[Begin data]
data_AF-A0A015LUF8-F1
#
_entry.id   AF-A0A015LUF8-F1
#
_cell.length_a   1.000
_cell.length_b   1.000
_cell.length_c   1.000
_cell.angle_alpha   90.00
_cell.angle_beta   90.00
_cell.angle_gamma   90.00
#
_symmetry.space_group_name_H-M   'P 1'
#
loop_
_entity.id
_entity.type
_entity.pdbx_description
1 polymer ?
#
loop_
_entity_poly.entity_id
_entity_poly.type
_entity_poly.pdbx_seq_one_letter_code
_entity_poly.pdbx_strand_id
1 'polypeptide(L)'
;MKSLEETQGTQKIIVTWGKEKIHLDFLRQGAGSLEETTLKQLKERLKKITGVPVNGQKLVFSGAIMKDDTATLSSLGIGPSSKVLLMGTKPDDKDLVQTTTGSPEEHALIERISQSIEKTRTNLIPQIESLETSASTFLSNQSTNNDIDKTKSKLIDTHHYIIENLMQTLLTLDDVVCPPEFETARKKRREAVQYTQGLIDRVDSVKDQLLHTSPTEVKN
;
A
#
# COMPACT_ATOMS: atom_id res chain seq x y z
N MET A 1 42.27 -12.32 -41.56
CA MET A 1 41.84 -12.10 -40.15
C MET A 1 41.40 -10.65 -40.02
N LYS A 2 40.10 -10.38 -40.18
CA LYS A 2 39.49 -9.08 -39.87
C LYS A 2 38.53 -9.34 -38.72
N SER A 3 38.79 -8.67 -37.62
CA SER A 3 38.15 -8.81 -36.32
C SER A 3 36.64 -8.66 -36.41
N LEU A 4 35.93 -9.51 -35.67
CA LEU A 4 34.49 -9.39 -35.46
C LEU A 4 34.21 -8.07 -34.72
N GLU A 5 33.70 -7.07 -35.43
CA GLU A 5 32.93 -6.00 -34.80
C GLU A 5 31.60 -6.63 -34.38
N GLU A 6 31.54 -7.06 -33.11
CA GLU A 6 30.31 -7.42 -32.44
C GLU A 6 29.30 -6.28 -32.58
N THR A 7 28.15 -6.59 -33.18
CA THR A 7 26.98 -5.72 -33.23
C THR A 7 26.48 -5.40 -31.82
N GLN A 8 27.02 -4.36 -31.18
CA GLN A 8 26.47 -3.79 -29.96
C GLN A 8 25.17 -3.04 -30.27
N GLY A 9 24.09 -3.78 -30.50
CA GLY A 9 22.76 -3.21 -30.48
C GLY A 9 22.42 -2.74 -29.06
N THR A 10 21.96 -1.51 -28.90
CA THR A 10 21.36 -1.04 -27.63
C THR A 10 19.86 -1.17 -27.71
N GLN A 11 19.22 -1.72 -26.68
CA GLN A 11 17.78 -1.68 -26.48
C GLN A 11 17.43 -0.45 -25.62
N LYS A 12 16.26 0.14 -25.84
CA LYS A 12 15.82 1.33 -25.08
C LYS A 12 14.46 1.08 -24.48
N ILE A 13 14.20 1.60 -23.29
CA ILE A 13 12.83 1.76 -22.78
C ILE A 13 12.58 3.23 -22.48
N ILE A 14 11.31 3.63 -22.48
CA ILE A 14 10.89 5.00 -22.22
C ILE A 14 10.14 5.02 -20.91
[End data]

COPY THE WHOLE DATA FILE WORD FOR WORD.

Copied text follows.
data_AF-A0A015LUF8-F1
#
_entry.id   AF-A0A015LUF8-F1
#
_cell.length_a   1.000
_cell.length_b   1.000
_cell.length_c   1.000
_cell.angle_alpha   90.00
_cell.angle_beta   90.00
_cell.angle_gamma   90.00
#
_symmetry.space_group_name_H-M   'P 1'
#
loop_
_entity.id
_entity.type
_entity.pdbx_description
1 polymer ?
#
loop_
_entity_poly.entity_id
_entity_poly.type
_entity_poly.pdbx_seq_one_letter_code
_entity_poly.pdbx_strand_id
1 'polypeptide(L)'
;MKSLEETQGTQKIIVTWGKEKIHLDFLRQGAGSLEETTLKQLKERLKKITGVPVNGQKLVFSGAIMKDDTATLSSLGIGPSSKVLLMGTKPDDKDLVQTTTGSPEEHALIERISQSIEKTRTNLIPQIESLETSASTFLSNQSTNNDIDKTKSKLIDTHHYIIENLMQTLLTLDDVVCPPEFETARKKRREAVQYTQGLIDRVDSVKDQLLHTSPTEVKN
;
A
#
# COMPACT_ATOMS: atom_id res chain seq x y z
N MET A 1 42.27 -12.32 -41.56
CA MET A 1 41.84 -12.10 -40.15
C MET A 1 41.40 -10.65 -40.02
N LYS A 2 40.10 -10.38 -40.18
CA LYS A 2 39.49 -9.08 -39.87
C LYS A 2 38.53 -9.34 -38.72
N SER A 3 38.79 -8.67 -37.62
CA SER A 3 38.15 -8.81 -36.32
C SER A 3 36.64 -8.66 -36.41
N LEU A 4 35.93 -9.51 -35.67
CA LEU A 4 34.49 -9.39 -35.46
C LEU A 4 34.21 -8.07 -34.72
N GLU A 5 33.70 -7.07 -35.43
CA GLU A 5 32.93 -6.00 -34.80
C GLU A 5 31.60 -6.63 -34.38
N GLU A 6 31.54 -7.06 -33.11
CA GLU A 6 30.31 -7.42 -32.44
C GLU A 6 29.30 -6.28 -32.58
N THR A 7 28.15 -6.59 -33.18
CA THR A 7 26.98 -5.72 -33.23
C THR A 7 26.48 -5.40 -31.82
N GLN A 8 27.02 -4.36 -31.18
CA GLN A 8 26.47 -3.79 -29.96
C GLN A 8 25.17 -3.04 -30.27
N GLY A 9 24.09 -3.78 -30.50
CA GLY A 9 22.76 -3.21 -30.48
C GLY A 9 22.42 -2.74 -29.06
N THR A 10 21.96 -1.51 -28.90
CA THR A 10 21.36 -1.04 -27.63
C THR A 10 19.86 -1.17 -27.71
N GLN A 11 19.22 -1.72 -26.68
CA GLN A 11 17.78 -1.68 -26.48
C GLN A 11 17.43 -0.45 -25.62
N LYS A 12 16.26 0.14 -25.84
CA LYS A 12 15.82 1.33 -25.08
C LYS A 12 14.46 1.08 -24.48
N ILE A 13 14.20 1.60 -23.29
CA ILE A 13 12.83 1.76 -22.78
C ILE A 13 12.58 3.23 -22.48
N ILE A 14 11.31 3.63 -22.48
CA ILE A 14 10.89 5.00 -22.22
C ILE A 14 10.14 5.02 -20.91